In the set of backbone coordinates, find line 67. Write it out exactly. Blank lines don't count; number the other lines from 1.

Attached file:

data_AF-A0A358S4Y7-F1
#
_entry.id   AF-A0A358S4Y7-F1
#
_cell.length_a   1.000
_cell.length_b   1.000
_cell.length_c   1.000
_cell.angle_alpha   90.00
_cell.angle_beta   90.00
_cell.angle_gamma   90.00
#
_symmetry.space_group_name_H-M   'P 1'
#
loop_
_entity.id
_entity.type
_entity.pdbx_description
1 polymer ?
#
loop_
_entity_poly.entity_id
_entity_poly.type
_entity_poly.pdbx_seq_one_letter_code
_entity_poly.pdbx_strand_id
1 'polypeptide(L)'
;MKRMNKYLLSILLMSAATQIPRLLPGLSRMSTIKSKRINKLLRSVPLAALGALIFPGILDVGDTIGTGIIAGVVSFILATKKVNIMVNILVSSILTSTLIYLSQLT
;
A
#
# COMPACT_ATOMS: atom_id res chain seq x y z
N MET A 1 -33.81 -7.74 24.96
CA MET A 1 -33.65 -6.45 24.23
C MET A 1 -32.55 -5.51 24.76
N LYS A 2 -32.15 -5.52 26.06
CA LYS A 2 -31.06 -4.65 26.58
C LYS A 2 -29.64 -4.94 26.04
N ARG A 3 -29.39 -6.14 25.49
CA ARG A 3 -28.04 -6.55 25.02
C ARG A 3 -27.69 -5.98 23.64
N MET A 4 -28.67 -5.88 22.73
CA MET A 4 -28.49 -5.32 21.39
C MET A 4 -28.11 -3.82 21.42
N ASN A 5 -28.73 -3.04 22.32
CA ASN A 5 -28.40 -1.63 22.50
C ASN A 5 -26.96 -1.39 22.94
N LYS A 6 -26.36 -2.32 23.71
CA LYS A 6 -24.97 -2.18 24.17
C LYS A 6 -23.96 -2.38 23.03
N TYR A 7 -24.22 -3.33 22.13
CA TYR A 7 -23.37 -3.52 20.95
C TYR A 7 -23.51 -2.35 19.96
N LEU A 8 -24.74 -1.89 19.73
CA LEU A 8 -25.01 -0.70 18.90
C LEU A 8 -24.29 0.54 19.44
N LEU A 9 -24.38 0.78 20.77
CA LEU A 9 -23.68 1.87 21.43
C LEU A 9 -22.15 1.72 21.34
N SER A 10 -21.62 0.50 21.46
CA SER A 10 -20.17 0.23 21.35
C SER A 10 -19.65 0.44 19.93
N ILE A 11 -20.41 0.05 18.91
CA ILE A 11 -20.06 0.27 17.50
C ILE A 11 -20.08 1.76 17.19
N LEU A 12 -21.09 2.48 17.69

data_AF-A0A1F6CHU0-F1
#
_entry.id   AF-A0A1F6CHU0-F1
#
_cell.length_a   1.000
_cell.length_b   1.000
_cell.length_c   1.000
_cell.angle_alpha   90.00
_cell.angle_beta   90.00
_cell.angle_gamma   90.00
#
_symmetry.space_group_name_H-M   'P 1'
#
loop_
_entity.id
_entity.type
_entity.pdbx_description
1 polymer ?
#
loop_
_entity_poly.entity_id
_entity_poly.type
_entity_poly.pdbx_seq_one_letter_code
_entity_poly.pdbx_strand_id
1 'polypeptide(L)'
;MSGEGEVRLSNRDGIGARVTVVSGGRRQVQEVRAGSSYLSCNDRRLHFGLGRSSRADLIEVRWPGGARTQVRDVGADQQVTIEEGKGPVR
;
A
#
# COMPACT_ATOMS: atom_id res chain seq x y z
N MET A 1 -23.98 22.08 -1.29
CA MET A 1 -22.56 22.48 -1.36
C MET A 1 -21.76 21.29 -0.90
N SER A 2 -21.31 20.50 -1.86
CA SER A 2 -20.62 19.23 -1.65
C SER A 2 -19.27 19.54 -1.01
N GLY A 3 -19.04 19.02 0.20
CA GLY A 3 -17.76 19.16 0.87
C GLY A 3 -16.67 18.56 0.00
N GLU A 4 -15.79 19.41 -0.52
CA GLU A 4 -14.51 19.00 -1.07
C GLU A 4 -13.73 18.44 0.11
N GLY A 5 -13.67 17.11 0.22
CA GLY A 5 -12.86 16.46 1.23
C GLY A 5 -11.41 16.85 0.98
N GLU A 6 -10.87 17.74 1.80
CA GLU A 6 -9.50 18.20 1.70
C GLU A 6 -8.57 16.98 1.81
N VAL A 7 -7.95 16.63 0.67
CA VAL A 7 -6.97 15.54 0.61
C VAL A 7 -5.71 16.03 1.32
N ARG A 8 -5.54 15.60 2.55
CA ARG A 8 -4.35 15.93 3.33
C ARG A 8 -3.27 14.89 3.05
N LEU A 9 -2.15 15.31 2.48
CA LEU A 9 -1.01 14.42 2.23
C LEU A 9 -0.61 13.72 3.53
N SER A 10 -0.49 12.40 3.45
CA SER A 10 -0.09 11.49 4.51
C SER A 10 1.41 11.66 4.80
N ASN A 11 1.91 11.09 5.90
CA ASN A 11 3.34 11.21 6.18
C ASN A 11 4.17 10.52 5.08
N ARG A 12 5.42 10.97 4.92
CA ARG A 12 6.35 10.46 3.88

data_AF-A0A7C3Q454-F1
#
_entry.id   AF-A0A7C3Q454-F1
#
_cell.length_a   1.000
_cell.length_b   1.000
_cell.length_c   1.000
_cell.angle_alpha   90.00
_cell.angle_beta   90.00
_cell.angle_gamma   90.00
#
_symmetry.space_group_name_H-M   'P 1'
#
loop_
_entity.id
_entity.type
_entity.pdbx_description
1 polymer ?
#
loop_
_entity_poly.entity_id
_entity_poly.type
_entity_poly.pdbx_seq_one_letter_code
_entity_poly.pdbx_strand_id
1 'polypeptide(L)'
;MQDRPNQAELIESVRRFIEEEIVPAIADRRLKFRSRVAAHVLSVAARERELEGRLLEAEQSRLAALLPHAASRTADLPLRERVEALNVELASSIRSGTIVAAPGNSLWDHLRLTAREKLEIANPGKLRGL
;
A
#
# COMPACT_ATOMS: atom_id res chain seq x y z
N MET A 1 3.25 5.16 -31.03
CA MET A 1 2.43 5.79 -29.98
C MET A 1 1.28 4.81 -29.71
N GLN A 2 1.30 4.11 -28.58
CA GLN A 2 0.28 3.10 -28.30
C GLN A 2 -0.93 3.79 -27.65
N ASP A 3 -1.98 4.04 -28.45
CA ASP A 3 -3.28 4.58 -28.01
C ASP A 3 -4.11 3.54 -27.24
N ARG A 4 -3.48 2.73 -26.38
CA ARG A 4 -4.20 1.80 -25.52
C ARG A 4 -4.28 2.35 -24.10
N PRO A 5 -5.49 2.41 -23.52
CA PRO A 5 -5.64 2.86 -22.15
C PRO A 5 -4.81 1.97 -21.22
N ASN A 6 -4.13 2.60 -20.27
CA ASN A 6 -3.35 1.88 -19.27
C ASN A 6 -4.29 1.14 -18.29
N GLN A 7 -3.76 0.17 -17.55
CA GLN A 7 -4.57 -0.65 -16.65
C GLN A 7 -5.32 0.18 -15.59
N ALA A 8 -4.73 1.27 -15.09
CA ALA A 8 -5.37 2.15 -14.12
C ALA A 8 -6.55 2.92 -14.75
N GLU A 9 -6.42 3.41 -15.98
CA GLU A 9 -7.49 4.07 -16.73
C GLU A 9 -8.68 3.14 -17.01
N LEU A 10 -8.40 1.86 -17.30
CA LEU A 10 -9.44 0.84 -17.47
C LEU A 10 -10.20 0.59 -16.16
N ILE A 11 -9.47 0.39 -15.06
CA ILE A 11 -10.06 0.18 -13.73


_entry.id   AF-A0A1F6CHU0-F1